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Science in Georgia

By Claire Jarvis, PhD

Claire Jarvis is a science writer based in Atlanta, GA.
You can follow Claire on LinkedIn and on Twitter @StAndrewsLynx

If you were asked, “What cool science takes place in Georgia?” you might need time to think about your answer. The Peach State has many claims to fame…but its science sector isn’t usually what comes to mind.

However, there are plenty of scientists here, doing interesting and unique research. What are Georgia’s scientific strengths?

Public Health

The city of Atlanta hosts both the Centers for Disease Control and Prevention (CDC) and The Carter Center. Both of these institutions focus on disease prevention in the US and abroad. To eradicate a disease such as guinea worm, scientists first need to understand how the disease develops and spreads, then come up with drugs to thwart them.

Life Sciences

‘Life sciences’ is a broadly defined field that seeks to answer questions (big and small) about the natural world and our place in it. There are several big schools in our state, and they conduct a lot of life science research. In fact, in 2017, $537 million was given to Georgia universities from the National Institutes of Health (NIH). Life science (often called bioscience) companies include pharmaceutical companies, medical device manufacturers, and organizers of clinical trials. According to, in 2017 there were 32,040 people employed in the bioscience industry here in Georgia. The state is friendly towards big business, and the number of companies (and therefore employees) in the bioscience sector is likely to grow.

Health Information Technology

Health Information Technology is where medicine and computers intersect. How do you keep track of so many (electronic) patient records? Are there better ways to manage all the data hospitals collect, to spot trends in diseases before the doctors do? Information technology also involves designing new software and computers to meet specialized medical needs. This field needs computer scientists to do the designing, but also medical experts who understand the needs of healthcare companies. The Georgia Department of Economic Development reports that 225 Health IT companies are located in the state, which makes it one of our strengths.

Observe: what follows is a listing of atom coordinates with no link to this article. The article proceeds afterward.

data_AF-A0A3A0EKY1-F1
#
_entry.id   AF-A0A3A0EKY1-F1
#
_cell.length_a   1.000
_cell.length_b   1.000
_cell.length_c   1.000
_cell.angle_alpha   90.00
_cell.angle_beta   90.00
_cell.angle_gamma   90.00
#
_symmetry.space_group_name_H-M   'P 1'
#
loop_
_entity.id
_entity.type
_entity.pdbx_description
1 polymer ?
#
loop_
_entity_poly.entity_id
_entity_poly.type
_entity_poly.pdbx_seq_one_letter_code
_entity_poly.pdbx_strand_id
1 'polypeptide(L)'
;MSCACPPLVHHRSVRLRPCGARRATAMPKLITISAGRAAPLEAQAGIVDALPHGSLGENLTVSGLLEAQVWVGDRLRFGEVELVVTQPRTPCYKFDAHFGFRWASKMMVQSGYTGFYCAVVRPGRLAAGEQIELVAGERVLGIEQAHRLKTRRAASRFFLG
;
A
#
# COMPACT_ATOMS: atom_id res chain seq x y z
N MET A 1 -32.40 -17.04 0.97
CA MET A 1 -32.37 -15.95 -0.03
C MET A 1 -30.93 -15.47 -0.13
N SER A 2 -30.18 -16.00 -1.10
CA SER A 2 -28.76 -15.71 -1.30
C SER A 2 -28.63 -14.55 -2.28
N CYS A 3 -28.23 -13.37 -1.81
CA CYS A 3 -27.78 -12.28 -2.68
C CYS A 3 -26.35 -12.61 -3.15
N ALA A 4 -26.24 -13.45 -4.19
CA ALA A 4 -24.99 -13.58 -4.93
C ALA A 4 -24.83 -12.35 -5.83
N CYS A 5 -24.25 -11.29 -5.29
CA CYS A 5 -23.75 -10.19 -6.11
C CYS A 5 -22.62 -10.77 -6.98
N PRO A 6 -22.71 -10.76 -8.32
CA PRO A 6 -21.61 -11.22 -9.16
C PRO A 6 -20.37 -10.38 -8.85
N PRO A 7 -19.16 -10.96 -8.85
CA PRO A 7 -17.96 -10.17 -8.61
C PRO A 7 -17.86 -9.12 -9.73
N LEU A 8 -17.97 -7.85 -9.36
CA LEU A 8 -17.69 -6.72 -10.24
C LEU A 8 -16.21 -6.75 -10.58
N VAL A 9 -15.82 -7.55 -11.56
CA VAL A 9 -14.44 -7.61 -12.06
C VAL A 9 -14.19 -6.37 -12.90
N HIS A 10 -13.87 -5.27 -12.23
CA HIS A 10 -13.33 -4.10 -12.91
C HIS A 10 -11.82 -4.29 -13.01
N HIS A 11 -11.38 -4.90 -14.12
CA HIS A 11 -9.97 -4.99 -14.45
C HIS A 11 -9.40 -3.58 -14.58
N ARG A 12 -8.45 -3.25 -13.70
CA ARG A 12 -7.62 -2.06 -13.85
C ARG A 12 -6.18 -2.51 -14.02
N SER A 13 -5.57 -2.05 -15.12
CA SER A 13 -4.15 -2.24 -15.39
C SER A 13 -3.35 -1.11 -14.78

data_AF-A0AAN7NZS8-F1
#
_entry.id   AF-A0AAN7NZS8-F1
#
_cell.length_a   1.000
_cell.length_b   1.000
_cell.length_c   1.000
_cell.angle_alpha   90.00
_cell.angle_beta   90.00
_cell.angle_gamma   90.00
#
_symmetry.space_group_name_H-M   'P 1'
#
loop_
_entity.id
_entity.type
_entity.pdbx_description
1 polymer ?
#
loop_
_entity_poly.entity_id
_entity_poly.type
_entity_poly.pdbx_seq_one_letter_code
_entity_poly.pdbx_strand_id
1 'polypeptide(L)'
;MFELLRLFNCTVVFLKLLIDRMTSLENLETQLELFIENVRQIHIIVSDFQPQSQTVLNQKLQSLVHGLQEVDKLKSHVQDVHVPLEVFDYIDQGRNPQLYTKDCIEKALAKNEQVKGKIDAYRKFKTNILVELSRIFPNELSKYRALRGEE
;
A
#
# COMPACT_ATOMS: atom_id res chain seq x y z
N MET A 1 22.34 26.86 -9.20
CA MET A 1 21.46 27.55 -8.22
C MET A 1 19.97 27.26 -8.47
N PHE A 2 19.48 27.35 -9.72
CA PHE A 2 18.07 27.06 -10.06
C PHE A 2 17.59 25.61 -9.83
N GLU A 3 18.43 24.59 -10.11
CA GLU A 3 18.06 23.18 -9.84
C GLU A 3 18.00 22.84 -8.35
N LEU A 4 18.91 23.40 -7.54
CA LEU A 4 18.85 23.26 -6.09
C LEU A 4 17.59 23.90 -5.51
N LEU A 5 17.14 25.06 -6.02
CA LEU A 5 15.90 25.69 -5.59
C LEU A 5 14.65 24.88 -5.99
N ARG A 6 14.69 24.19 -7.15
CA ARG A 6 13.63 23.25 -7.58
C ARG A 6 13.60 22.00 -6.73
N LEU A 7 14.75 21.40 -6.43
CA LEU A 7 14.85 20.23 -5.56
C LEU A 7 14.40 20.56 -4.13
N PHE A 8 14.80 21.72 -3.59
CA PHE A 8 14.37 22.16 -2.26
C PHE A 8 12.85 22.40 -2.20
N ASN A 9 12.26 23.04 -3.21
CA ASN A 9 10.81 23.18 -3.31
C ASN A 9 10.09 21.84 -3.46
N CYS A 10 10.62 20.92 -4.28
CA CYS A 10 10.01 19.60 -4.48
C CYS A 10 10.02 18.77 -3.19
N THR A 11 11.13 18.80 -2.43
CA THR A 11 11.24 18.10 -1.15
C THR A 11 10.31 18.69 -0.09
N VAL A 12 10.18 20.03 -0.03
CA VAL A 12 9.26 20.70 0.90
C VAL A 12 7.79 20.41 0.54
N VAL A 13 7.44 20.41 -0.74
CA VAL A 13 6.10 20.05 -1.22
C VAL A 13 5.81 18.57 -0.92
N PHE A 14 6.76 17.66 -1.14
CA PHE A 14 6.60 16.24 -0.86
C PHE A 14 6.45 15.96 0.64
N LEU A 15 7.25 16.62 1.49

The National Aeronautics and Space Administration (known of course as NASA) is based down in Florida at Cape Canaveral, so it makes sense that nearby states would also be involved in the business of space and flight. In fact, airplane and aerospace products are the number one international export from Georgia.

To make airplane parts, you need trained engineers, and Georgia Institute of Technology’s Daniel Guggenheim School of Aerospace Engineering is ranked second in the U.S. News & World Report Rankings. Every year, 1,200 students study there.

As you can see, Georgia has a science profile that’s distinctly its own. Georgia has a lot of strengths when it comes to science education, research, and jobs. All the more reason to support science at a local level!


Science for Georgia is a 501(c)(3). We work to build a bridge between scientists and the public and advocate for the responsible use of science in public policy.

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